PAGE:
With Hall induction, Jenkins rightly takes his place among golf's icons
ST. AUGUSTINE, Fla. -- In his novel You Gotta Play Hurt, a sportswriter's euphemism for working with a hangover, Dan Jenkins discusses his relationship with editors, or one particular type of editor, in any case. As is with anything ever written by Jenkins, the only way to do his words justice is to let them speak on their own. This is the opening paragraph of that book:
"Here's how I want the phony little conniving, no-talent, preppiewad [bleep!] of an editor to die: I lace his decaf with Seconal and strap him down in such a way that his head is fastened to my desk and I thump him at cheery intervals with the carriage on my Olympia standard. I'm a stubborn guy who still works on a geezer-codger manual anyhow, so I write a paragraph I admire, the kind he likes to [bleep!] around with, especially if it's my lead, then I slip the carriage at him, and whack -- he gets it in the temple, sometimes the ear. Yeah, it would be slow, but death by typewriter is what the [bleep!] deserves."
That is the kind of imagination and humor, delivered for more than 60 years, that earned Jenkins a spot Monday in the World Golf Hall of Fame, only the third writer given that honor and the first not to receive it posthumously. Entering the WGHOF with Jenkins is Phil Mickelson, whose 40 PGA Tour victories include four majors; Hollis Stacy, who won three U.S. Women's Opens and is the only person to win three consecutive U.S. Girls Junior Championships; Sandy Lyle, winner of 29 events worldwide; and Peter Alliss, who has been a golf broadcaster for more than 50 years.
But even more than his best-selling novels, Jenkins joined journalists Bernard Darwin and Herbert Warren Wind in the WGHOF because he reinvented sports writing. If the late Hunter Thompson gets credit for creating "Gonzo Journalism" -- the art of immersing yourself in a story and making fact read with the entertainment of fiction -- Jenkins is the guy who brought that attitude to sports, although he will hate to have his name mentioned in the same sentence with Thompson. Both blew up the form and invented a new one.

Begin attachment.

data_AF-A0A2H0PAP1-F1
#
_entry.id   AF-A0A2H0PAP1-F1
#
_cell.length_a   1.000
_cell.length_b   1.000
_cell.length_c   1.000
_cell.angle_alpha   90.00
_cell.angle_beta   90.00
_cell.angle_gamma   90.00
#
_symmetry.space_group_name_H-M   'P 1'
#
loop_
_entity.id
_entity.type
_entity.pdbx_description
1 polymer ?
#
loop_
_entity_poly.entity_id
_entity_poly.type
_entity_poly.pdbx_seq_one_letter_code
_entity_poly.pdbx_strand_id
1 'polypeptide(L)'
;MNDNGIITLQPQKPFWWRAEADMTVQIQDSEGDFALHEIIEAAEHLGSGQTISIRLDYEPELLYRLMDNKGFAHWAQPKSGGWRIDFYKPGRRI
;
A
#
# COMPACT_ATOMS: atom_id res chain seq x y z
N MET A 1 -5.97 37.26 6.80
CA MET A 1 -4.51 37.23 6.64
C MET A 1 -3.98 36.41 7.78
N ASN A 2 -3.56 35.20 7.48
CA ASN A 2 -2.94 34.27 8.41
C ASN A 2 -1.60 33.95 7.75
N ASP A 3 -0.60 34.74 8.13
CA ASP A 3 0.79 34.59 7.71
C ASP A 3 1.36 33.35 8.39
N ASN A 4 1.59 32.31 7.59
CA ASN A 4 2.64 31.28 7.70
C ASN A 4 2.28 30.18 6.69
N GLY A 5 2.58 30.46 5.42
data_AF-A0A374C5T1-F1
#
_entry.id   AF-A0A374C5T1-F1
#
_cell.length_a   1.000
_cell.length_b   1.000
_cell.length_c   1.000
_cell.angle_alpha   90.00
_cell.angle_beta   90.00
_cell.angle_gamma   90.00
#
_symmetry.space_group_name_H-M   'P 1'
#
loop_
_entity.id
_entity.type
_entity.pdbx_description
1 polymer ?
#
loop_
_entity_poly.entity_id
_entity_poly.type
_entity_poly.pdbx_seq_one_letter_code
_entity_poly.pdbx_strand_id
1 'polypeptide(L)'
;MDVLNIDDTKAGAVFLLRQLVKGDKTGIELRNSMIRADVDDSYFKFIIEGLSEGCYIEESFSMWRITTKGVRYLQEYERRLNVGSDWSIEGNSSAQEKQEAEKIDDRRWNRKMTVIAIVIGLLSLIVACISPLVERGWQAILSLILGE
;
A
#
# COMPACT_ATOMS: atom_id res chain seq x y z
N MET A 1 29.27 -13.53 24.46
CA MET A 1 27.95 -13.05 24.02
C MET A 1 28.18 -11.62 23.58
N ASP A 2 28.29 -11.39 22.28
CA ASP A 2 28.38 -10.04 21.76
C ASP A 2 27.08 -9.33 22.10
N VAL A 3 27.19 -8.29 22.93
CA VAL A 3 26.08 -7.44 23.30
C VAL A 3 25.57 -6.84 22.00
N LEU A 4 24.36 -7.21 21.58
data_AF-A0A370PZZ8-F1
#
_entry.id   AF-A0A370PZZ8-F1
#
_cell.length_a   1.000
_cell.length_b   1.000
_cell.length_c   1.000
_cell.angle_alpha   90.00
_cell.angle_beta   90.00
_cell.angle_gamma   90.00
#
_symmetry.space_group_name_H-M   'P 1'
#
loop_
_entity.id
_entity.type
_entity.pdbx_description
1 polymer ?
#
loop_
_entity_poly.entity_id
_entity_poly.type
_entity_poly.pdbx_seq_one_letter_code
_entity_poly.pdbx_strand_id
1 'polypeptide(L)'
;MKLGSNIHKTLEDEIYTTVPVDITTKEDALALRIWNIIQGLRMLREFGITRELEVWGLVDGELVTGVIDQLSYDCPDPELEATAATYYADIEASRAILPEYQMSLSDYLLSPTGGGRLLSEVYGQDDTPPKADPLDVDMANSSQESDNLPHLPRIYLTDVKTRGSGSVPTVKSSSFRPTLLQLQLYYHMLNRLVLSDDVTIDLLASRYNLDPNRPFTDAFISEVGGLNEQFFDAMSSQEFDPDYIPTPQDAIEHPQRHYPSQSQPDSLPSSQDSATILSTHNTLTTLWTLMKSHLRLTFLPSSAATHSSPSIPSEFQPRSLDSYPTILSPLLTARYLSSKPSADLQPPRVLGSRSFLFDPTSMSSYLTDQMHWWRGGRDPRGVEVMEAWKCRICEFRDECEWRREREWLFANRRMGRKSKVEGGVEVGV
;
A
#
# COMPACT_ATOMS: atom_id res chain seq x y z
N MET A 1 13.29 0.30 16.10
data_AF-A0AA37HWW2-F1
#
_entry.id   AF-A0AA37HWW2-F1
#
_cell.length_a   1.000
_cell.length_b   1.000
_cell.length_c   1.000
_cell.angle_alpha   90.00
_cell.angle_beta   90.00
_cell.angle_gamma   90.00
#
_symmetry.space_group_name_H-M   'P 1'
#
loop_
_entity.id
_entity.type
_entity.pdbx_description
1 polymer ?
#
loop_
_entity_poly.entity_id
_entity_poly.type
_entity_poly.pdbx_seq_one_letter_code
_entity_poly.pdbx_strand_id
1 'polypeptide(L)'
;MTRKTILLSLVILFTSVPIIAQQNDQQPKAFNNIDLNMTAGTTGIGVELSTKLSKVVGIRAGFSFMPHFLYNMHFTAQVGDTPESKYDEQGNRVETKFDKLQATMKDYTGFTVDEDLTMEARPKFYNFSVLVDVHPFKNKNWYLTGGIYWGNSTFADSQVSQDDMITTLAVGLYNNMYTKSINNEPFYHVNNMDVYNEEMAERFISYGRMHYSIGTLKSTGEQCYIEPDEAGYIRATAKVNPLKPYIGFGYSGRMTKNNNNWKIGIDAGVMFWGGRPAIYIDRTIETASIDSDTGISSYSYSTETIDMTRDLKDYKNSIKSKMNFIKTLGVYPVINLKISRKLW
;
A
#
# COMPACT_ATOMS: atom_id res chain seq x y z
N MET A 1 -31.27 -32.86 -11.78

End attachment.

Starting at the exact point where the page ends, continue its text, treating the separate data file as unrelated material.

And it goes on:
"First of all, I feel I ought to be sitting out there," Jenkins said Monday as he addressed reporters prior to his induction. Asked what had change in his 60 years as a sportswriter he said, "In the majors I used to be able to park by the clubhouse and the players used to talk to me."
Jenkins, 82, attended Pascal High School and then Texas Christian University in Fort Worth and proudly points out he joins Fort Worth legends Ben Hogan and Byron Nelson in the WGHOF. He started his professional career with the Fort Worth Press, went to Sports Illustrated in the 1960s, helping make it a bastion of great sportswriters, and joined Golf Digest in 1985.
Dan still writes for Golf Digest and delights in tweeting from major championships, earning him the title the "Ancient Twitterer". "I think I'm the only one Bubba hasn't hugged, but it's early," he tweeted after Bubba Watson won the Masters. That Masters was the 210th major covered by Dan, one of the few writers left who, when he writes about Hogan, Snead and Nelson can do so from personal experience.
When asked what touched him the most about his inclusion in the WGHOF, Jenkins said: "On the walkway, they had the good sense to put me next to Hogan, who is probably why I am here."
While Dan can be pointed in his writing, he is never cruel. And he always obeys a rule he once told me: "I never sacrifice the truth for a laugh." Of the 92 Ian Baker-Finch shot in the British Open, Jenkins wrote: "Baker-Finch went out in 44 and back in 48, which sounds a little like someone's World War II service record." It's the kernel of truth that makes it funny.
The two times a writer walks the tightrope of creativity without a net is when endeavoring humor or poetry. In both cases, it either works or it doesn't. There are no foul balls when trying to be funny. No one among sports writers had a higher success rate than Dan Jenkins. And he did it with an elegant ease that disguised how hard he worked.
One of the great pleasures of my career has been the many dinners at major championships I have had with Dan during the 14 years I have worked for Golf World. Any time we are at a major championship together, I try to dine with him as often as I can. It didn't take me long to realize that Dan is always writing, that there is no off position on the genius switch.
After a couple of sessions at the bar together, where several of us would laugh at Dan's words, I began to realize that some of what he was saying would later appear in his Golf Digest story. Like a comedian appearing with Johnny Carson, Dan was trying lines out on us. If it got a laugh, it made the cut.
On another occasion, I came upon Dan standing outside the media center smoking a cigarette. I won't say when that was so as not to get him in trouble with his good wife, June, who prefers he not smoke. Almost as conversation filler I said, "What are you doing?" Dan answered: "Writing." And he was. He was thinking about his story. He is always thinking about his story.
That work ethic, and an enormous amount of talent, made Dan Jenkins a Hall of Fame writer. He went from typewriter to Twitter and persimmon to titanium without missing a beat. But that is one of the definitions of genius -- it is timeless. No matter when in history Dan Jenkins had written, he would have been among the best. We are fortunate that it happened to be in our time.
-- Ron Sirak